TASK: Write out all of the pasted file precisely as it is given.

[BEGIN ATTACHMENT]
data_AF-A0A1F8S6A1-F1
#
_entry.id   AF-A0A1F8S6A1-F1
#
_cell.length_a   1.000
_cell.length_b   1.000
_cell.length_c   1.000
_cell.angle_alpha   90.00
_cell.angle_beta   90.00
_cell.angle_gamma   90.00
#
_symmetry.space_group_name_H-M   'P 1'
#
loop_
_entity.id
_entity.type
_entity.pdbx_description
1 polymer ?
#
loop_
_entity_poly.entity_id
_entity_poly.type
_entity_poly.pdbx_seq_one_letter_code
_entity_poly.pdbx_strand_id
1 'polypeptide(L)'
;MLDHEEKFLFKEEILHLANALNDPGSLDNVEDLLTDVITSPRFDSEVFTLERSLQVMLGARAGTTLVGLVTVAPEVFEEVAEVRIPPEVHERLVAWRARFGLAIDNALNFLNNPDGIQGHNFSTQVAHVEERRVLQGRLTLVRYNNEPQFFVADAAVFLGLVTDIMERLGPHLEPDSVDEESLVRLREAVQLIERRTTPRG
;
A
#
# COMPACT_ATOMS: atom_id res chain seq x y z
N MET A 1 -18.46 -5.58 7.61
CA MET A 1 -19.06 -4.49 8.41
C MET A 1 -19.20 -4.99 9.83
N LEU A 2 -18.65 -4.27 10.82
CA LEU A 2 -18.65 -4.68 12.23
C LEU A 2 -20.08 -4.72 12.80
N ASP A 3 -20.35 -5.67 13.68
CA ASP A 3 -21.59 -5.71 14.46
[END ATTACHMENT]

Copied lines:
data_AF-A0A1F8S6A1-F1
#
_entry.id   AF-A0A1F8S6A1-F1
#
_cell.length_a   1.000
_cell.length_b   1.000
_cell.length_c   1.000
_cell.angle_alpha   90.00
_cell.angle_beta   90.00
_cell.angle_gamma   90.00
#
_symmetry.space_group_name_H-M   'P 1'
#
loop_
_entity.id
_entity.type
_entity.pdbx_description
1 polymer ?
#
loop_
_entity_poly.entity_id
_entity_poly.type
_entity_poly.pdbx_seq_one_letter_code
_entity_poly.pdbx_strand_id
1 'polypeptide(L)'
;MLDHEEKFLFKEEILHLANALNDPGSLDNVEDLLTDVITSPRFDSEVFTLERSLQVMLGARAGTTLVGLVTVAPEVFEEVAEVRIPPEVHERLVAWRARFGLAIDNALNFLNNPDGIQGHNFSTQVAHVEERRVLQGRLTLVRYNNEPQFFVADAAVFLGLVTDIMERLGPHLEPDSVDEESLVRLREAVQLIERRTTPRG
;
A
#
# COMPACT_ATOMS: atom_id res chain seq x y z
N MET A 1 -18.46 -5.58 7.61
CA MET A 1 -19.06 -4.49 8.41
C MET A 1 -19.20 -4.99 9.83
N LEU A 2 -18.65 -4.27 10.82
CA LEU A 2 -18.65 -4.68 12.23
C LEU A 2 -20.08 -4.72 12.80
N ASP A 3 -20.35 -5.67 13.68
CA ASP A 3 -21.59 -5.71 14.46